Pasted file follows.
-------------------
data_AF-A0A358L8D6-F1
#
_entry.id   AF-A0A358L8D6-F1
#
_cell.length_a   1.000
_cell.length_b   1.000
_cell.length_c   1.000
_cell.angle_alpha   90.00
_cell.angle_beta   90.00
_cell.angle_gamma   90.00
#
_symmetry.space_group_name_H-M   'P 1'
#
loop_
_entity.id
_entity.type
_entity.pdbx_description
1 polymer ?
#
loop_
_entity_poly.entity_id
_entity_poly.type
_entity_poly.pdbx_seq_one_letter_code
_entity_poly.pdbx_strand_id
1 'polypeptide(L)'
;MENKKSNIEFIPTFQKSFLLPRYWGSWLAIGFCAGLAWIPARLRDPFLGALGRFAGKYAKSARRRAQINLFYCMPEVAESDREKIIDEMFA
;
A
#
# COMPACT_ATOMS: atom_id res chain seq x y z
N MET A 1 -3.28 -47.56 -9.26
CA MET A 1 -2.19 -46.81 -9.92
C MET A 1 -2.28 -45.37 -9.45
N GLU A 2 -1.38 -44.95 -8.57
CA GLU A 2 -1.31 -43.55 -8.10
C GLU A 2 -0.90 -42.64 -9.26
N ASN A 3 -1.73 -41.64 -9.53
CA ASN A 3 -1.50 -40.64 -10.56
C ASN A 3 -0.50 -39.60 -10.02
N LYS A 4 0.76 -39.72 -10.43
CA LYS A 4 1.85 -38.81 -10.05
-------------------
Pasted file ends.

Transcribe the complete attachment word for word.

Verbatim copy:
data_AF-A0A358L8D6-F1
#
_entry.id   AF-A0A358L8D6-F1
#
_cell.length_a   1.000
_cell.length_b   1.000
_cell.length_c   1.000
_cell.angle_alpha   90.00
_cell.angle_beta   90.00
_cell.angle_gamma   90.00
#
_symmetry.space_group_name_H-M   'P 1'
#
loop_
_entity.id
_entity.type
_entity.pdbx_description
1 polymer ?
#
loop_
_entity_poly.entity_id
_entity_poly.type
_entity_poly.pdbx_seq_one_letter_code
_entity_poly.pdbx_strand_id
1 'polypeptide(L)'
;MENKKSNIEFIPTFQKSFLLPRYWGSWLAIGFCAGLAWIPARLRDPFLGALGRFAGKYAKSARRRAQINLFYCMPEVAESDREKIIDEMFA
;
A
#
# COMPACT_ATOMS: atom_id res chain seq x y z
N MET A 1 -3.28 -47.56 -9.26
CA MET A 1 -2.19 -46.81 -9.92
C MET A 1 -2.28 -45.37 -9.45
N GLU A 2 -1.38 -44.95 -8.57
CA GLU A 2 -1.31 -43.55 -8.10
C GLU A 2 -0.90 -42.64 -9.26
N ASN A 3 -1.73 -41.64 -9.53
CA ASN A 3 -1.50 -40.64 -10.56
C ASN A 3 -0.50 -39.60 -10.02
N LYS A 4 0.76 -39.72 -10.43
CA LYS A 4 1.85 -38.81 -10.05